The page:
Participants pointed to the necessity of humanitarian organizations making a commitment to track the diversion and instrumentalization of aid, including on prices and tax regimes. The importance of establishing feedback mechanisms with beneficiaries was also noted, and the subsequent sharing of this information was seen as a vital mitigating strategy of the diversion of aid by besieging parties.

  • Exploring the leverage of humanitarian organizations

The discussions went on to assess the leverage humanitarian organizations have in influencing the humanitarian dimensions of arrangements such as the de-escalation zones. Participants considered that warring parties bring in humanitarian agencies to deliver aid in besieged areas in sub-standard conditions to add a layer of legitimacy to their efforts. In that sense, the ‘humanitarian branding’ should be seen as a point of leverage by humanitarian organizations. Another point of leverage is information gathering and evidence-based advocacy efforts. Participants considered that communicating numbers and statistics on vulnerable populations had at times coerced parties to grant access to besieged zones.

 

  1. Practical recommendations

In the final session, participants built on the above-mentioned findings to develop a set of practical recommendations and technical-level strategies intended to respond to the dilemmas related to operating in de-escalation zones, besieged and other hard to reach areas.

 

Technical-level recommendations

  • Humanitarian organizations should enhance consultation technical-level programming. Information on needs within besieged and other hard to reach areas are usually scarce, hence information-sharing between different actors helps bridge the information gap.
  • Invest in situational analysis and early proactive engagement with non-traditional parties that have influence over the humanitarian situation (the ‘real power brokers’) in hard to reach areas. Coalition-building between humanitarian organizations and collective advocacy is recommended to sensitize powerbrokers on assistance and protection concerns.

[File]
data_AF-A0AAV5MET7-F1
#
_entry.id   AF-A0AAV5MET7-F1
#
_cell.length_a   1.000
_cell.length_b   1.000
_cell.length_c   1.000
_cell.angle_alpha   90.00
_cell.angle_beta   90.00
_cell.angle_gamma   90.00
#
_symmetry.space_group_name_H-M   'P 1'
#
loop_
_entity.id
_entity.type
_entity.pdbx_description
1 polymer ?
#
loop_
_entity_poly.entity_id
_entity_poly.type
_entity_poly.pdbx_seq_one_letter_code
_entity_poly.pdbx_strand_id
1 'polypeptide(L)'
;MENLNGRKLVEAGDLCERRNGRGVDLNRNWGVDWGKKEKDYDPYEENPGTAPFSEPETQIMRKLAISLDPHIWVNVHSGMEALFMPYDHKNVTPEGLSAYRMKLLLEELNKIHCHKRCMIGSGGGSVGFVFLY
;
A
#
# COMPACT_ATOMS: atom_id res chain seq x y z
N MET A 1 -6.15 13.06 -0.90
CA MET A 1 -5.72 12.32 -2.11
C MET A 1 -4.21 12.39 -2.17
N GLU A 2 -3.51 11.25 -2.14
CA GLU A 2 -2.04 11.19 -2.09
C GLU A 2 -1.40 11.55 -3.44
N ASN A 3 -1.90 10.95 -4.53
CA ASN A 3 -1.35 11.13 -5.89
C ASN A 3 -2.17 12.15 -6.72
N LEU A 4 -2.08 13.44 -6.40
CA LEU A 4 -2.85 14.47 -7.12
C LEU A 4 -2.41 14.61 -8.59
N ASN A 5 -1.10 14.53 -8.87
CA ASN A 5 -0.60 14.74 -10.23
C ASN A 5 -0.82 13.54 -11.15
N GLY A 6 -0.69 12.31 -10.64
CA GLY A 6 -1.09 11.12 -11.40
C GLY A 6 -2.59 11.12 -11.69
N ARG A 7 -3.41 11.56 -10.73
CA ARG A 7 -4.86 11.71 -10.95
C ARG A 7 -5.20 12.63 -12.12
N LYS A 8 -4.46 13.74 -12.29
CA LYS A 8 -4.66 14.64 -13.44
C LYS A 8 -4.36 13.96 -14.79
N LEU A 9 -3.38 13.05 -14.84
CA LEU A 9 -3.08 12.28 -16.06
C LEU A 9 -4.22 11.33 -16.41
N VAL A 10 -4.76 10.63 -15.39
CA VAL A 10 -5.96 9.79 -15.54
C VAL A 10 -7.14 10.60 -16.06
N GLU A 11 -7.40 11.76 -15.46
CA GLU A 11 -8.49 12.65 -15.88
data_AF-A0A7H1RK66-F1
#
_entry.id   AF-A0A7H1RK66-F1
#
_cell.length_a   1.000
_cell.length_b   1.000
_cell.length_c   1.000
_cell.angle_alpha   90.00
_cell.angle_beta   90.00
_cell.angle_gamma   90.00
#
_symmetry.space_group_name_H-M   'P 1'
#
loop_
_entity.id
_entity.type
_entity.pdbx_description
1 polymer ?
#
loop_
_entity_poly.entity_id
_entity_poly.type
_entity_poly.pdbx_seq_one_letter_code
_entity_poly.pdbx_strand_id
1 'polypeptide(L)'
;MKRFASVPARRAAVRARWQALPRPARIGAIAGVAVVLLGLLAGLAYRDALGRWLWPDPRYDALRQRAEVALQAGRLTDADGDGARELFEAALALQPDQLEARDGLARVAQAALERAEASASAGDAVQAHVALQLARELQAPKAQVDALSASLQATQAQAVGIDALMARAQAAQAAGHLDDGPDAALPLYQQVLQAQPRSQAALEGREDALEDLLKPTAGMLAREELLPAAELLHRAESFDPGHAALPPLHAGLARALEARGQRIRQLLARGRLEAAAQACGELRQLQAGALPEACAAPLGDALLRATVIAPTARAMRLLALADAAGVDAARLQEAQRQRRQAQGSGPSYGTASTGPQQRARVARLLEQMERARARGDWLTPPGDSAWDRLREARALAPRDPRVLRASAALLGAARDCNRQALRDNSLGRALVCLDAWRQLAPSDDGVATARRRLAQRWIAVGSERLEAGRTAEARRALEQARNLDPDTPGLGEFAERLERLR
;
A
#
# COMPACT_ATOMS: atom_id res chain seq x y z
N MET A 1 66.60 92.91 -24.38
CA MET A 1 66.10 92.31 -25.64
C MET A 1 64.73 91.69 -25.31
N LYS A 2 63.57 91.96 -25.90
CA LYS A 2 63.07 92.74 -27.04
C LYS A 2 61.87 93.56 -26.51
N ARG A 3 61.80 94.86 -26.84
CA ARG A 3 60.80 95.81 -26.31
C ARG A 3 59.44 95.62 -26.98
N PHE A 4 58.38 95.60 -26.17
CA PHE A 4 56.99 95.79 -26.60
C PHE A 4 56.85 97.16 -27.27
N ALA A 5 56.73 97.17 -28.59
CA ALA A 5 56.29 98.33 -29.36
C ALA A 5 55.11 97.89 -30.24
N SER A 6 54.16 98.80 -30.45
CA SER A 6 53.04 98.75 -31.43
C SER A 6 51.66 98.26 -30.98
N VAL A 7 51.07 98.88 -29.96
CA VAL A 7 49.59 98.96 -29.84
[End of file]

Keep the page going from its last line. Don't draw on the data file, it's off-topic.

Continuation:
• Invest in innovative tools and methods to monitor aid delivery and impact for hard to reach areas and remote control management
  • Siege warfare is by essence a tactic based on discrimination, and hence principled humanitarian programming within these zones is near impossible. Humanitarians should work with the logic of limiting compromise on principles, and finding pragmatic solutions to mitigate instrumentalization and diversion.
  • Continuously monitor and document diversion of aid, through documentation of prices and tax system in place by besieging parties.
  • Invest in civil-military cooperation for humanitarian assistance and engage with different military actors (i.e Russia, Turkey, Iran) to understand the siege dynamics, in order to appropriately set programming standards.
  • Mass-evacuations consistently amount to forced displacement. Humanitarians should accordingly plan their participation and anticipate inevitable protection concerns.
  • Create standardized operating procedures and minimum standards for evacuations at the beginning of the conflict. Humanitarians should find ways to maintain access to evacuees throughout the process.

 

Negotiation-level recommendations

  • Define clear red line within humanitarian organizations and with stakeholders about the level of diversion of aid.
  • Working with local communities to assess humanitarian needs, and not solely with besieging parties, is recommended to mitigate diversion and instrumentalization of aid.¨
  • Mass evacuations are an integral part of siege warfare. In case of a decision to participate in a mass evacuation, humanitarian organizations should seize it as an opportunity to continue negotiation for access of staff throughout the evacuation process.
  • Advocate for the unconditional evacuation of people out of besieged and hard to reach areas for medical purposes, and sensitize belligerents on the lack of medical response capacities within the zones.

 

Diplomatic-level recommendations

  • Participating in diplomatic and political talks to reiterate IHL and humanitarian language so as to balance and mitigate the risks of dominating counter-terrorism rhetoric. Establishing a collective humanitarian position is beneficial.
  • As the de-escalation agreement was built around a narrative of ‘safe returns’, it is important for humanitarian organizations to continue advocating to maintain asylum space.
  • Engaging donors on pre-positioning strategies, to secure the necessary resources for full-fledged humanitarian programming ahead of a siege’s implementation.
  • Work on controlling the narrative on de-escalation by reporting on the situation on the ground and ‘calling things what they are.’

[1] The event brought together field practitioners from organizations including ICRC, MSF, OCHA, UNHCR, HI, and policy experts specializing on Syrian affairs from Carnegie Endowment and Sciences PO CERI.